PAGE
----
Measuring Earth's magnetic field

In summary: The wire is deflected because there is a force on it that is perpendicular to the current and the wire path is a circular arc with maximum displacement at the center. Because the wire is deflected, it is more accurate to measure the deflection at the center. The power supply that Bob needs to control the current is needed to stabilize the voltage or the current. If the wire resistance varies with wire temperature, a pulley needs to be at only one end of the wire.
  • #1
hasan_researc
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Am reading the attached labscript. Finding it difficult to understand at places. Any good sources of further explanation on the Net or textbooks?
 

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  • #2
could you tell us what your stuck on .
 
  • #3
I have to measure the deflection of the centre of the wire. I did so using a microscope but the results are all spread about zero.

Secondly, I have to use a microscope graticule. I don't know why I have to and how to use it.
 
  • #4
Your measurement of the Earth's magnetic field uses the same technique as the floating wire method used to map large experimental physics magnets. Look under floating wire magnet in Google.
This a difficult measurement, even in large magnetic fields. Yo need to use a non-magnetic wire with low mass per unit length, low resistance per unit length, and high melting temperature. Copper might be a better choice than tungsten*. Also, a multi-filament wire is better than a solid wire, because it is more flexible. Finally, minimizing pulley bearing friction is very important. Pulley should be electrically insulating if possible. I vaguely recall using a 40Ga. multi-filament copper wire at currents up to ~ 3 amps (it gets very hot). (Maybe tungsten wire is better because you can run it red hot, even though the resistance goes up??).

Finally, measure wire deflection with both polarities of wire current.

* The room-temperature resistivity of tungsten is about 3 x the resistivity of copper.

Bob S
 
  • #5
A graticule is a ruled scale on a transparent background that goes inside the microscope so you can measure absolute distances.

Talk to your TA or prof to see if you've set things up correctly. Try taking the mean of your measurements and see if they really are close to zero.
 
  • #6
Thanks, everyone.

Now, I'd like to turn to another statement made in section 2 of the labscript:

"In the experiment described here a current carrying wire is held under tension by a small weight (≈ 20 g) and passes over fixed pulleys at either end. It is thus deflected in an arc with the maximum deflection at the centre of the wire. "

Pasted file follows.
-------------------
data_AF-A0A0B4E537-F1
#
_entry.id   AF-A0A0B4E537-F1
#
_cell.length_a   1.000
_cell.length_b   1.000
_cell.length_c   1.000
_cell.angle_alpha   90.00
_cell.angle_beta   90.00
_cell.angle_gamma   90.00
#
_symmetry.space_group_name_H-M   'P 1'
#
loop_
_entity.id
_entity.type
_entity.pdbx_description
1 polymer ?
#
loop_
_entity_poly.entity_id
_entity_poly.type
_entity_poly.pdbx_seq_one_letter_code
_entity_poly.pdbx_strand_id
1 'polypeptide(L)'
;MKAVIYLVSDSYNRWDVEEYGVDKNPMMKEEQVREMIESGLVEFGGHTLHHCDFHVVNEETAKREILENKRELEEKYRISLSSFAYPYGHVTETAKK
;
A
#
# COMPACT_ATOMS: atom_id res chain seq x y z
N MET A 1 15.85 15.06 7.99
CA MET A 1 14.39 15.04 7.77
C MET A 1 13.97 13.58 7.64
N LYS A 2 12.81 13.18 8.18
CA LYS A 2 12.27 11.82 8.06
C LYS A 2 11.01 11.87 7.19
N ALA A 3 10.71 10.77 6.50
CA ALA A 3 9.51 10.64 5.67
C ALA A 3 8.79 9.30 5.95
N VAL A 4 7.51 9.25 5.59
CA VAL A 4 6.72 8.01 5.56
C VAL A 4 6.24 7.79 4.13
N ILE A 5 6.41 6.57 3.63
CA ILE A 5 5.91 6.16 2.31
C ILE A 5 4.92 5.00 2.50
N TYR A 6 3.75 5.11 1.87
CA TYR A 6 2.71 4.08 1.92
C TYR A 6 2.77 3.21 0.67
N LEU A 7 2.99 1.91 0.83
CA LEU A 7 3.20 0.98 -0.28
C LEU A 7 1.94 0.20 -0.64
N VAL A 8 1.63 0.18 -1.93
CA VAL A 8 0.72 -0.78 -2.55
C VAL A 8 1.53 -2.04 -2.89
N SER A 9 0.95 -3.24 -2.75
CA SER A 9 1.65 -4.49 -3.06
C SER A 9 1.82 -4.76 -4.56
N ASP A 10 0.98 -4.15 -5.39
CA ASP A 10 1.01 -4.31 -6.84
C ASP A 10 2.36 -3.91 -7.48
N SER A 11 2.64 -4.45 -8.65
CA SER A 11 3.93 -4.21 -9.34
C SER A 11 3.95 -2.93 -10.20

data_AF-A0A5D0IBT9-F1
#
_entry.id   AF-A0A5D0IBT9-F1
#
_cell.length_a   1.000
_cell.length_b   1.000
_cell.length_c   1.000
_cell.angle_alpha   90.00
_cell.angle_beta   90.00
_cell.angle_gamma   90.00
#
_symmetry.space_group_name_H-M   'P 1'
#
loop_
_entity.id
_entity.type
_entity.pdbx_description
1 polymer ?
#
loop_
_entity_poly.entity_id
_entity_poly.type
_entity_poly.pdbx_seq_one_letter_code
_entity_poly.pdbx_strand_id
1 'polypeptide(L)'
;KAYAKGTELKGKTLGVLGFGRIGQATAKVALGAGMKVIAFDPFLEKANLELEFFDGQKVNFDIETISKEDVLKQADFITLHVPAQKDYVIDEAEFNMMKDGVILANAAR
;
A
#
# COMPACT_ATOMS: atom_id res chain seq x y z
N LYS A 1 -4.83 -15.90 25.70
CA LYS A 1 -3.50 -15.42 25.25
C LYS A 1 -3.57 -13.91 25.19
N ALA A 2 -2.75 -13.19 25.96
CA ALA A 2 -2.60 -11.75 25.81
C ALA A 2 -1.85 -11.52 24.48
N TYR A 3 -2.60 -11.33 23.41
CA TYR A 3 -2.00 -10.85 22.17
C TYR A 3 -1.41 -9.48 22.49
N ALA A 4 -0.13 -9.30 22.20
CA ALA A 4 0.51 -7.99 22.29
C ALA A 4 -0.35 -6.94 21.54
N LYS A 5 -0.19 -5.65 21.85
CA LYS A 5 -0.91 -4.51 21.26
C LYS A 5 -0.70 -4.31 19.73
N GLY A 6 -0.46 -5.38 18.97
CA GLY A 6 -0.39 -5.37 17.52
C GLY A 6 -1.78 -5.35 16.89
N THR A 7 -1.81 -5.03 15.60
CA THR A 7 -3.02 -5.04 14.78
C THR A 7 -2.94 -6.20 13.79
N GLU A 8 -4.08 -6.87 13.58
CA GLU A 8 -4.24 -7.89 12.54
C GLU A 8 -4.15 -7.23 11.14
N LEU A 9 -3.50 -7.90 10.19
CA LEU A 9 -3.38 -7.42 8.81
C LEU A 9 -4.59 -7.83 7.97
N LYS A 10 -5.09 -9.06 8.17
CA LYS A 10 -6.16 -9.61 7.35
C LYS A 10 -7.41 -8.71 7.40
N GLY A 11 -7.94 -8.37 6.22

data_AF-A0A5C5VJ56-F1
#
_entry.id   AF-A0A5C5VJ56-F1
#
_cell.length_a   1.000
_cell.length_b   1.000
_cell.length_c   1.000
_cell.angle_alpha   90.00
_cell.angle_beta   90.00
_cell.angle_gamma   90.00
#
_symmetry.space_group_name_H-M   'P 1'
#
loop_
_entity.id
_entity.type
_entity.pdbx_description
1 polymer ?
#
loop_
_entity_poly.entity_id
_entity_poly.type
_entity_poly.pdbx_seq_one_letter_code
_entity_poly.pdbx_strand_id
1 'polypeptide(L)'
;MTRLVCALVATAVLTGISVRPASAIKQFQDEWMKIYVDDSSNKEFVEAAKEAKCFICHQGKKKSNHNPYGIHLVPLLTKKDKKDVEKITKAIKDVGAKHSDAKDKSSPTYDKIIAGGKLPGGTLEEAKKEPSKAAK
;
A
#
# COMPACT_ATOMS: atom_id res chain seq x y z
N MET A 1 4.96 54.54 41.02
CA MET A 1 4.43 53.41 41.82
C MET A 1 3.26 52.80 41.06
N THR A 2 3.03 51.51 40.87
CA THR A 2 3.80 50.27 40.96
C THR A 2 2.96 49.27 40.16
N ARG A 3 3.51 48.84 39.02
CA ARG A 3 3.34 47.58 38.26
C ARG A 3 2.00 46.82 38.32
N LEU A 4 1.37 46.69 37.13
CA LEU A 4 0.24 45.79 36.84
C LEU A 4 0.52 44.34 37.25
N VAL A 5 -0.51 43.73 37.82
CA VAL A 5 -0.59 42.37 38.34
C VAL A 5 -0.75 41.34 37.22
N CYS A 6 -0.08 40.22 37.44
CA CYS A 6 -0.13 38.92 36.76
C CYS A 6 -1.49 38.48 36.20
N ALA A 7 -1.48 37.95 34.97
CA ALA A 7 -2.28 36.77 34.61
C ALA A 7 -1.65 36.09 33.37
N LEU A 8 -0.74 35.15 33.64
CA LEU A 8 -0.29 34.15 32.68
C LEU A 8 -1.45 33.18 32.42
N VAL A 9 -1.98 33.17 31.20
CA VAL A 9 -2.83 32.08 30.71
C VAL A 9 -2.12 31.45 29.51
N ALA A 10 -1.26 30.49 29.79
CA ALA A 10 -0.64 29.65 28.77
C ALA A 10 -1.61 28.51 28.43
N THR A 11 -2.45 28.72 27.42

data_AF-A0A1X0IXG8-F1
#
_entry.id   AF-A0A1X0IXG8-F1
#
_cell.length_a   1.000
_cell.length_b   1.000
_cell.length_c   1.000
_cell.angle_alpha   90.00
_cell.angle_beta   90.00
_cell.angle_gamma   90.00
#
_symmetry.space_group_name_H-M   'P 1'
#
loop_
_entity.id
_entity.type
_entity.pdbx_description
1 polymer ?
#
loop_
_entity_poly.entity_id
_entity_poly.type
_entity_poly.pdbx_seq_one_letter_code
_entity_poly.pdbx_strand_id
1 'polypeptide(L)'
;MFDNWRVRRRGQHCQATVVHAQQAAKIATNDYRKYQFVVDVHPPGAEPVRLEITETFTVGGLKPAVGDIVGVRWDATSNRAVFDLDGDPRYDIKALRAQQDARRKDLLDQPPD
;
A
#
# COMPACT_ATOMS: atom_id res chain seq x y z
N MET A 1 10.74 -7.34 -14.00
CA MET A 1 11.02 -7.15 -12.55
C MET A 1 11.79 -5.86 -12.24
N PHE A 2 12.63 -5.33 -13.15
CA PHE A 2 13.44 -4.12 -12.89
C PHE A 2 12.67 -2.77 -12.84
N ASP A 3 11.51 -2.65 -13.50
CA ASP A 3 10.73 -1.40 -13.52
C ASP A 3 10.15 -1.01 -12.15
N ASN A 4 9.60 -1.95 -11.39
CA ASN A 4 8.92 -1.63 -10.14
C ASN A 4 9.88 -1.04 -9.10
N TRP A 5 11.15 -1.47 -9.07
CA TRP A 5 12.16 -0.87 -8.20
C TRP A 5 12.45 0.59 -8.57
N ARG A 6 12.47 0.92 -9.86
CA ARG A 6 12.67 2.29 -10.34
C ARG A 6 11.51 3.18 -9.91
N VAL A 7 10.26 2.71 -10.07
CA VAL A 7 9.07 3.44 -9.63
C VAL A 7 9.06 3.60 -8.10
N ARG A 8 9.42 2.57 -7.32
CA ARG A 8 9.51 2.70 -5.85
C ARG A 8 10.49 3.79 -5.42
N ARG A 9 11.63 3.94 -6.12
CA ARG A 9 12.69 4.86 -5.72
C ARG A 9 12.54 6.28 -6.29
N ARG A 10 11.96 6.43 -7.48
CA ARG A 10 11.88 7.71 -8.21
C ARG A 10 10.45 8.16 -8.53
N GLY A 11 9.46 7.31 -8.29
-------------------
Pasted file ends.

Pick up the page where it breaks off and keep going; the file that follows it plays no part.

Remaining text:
I don't understand why the wire is deflected in an arc, and assuming the wire is deflected, why does it have to be max at the centre?

Thanks for all your help!
 
  • #7
Secondly,

"You will need a power supply to control the current, and an ammeter and voltmeter to monitor the current through the wire and voltage across it. The power supply can stabilise either the voltage or the current. Wire your circuit and investigate the two modes of operation. Which one is more suitable to do the experiment? "

I am wondering which one would be more suitable?
 
  • #8
hasan_researc said:
Secondly,

"You will need a power supply to control the current, and an ammeter and voltmeter to monitor the current through the wire and voltage across it. The power supply can stabilise either the voltage or the current. Wire your circuit and investigate the two modes of operation. Which one is more suitable to do the experiment? "

I am wondering which one would be more suitable?
What causes the deflection?
 
  • #9
The force on the wire is due to the Lorentz force law; F = I x B, (vector cross product, so force is perpendicular to both current and field). Because the force is perpendicular to current, the wire path is a circular arc with maximum displacement at center. The displacement at the center is proportional to current, proportional to arc length squared*, and inversely proportional to wire tension.

What kind of power supply do you need if the wire resistance varies with wire temperature?

You need a pulley at only one end.

*Using your knowledge of circles, arcs, and chords you learned in plane geometry, calculate the distance between arc and chord at the center. How does separation depend on the length of chord?

Bob S
 

Related to Measuring Earth's magnetic field

1. How is Earth's magnetic field measured?

Earth's magnetic field is measured using a device called a magnetometer. This instrument measures the strength and direction of a magnetic field at a specific location.

2. What does Earth's magnetic field tell us?

Earth's magnetic field provides important information about the structure and dynamics of our planet's interior. It also plays a crucial role in protecting Earth from harmful solar radiation.

3. How is the strength of Earth's magnetic field changing over time?

The strength of Earth's magnetic field has been decreasing over the past few centuries. However, the rate of this change is not consistent and can vary in different parts of the world.

4. Can Earth's magnetic field be measured from space?

Yes, Earth's magnetic field can be measured from space using satellites equipped with magnetometers. These satellites provide a more comprehensive and accurate view of the magnetic field compared to ground-based measurements.

5. How is Earth's magnetic field used in navigation?

Earth's magnetic field is used as a natural compass and has been used for navigation for centuries. It is also used in modern navigation systems, such as GPS, to determine location and direction.

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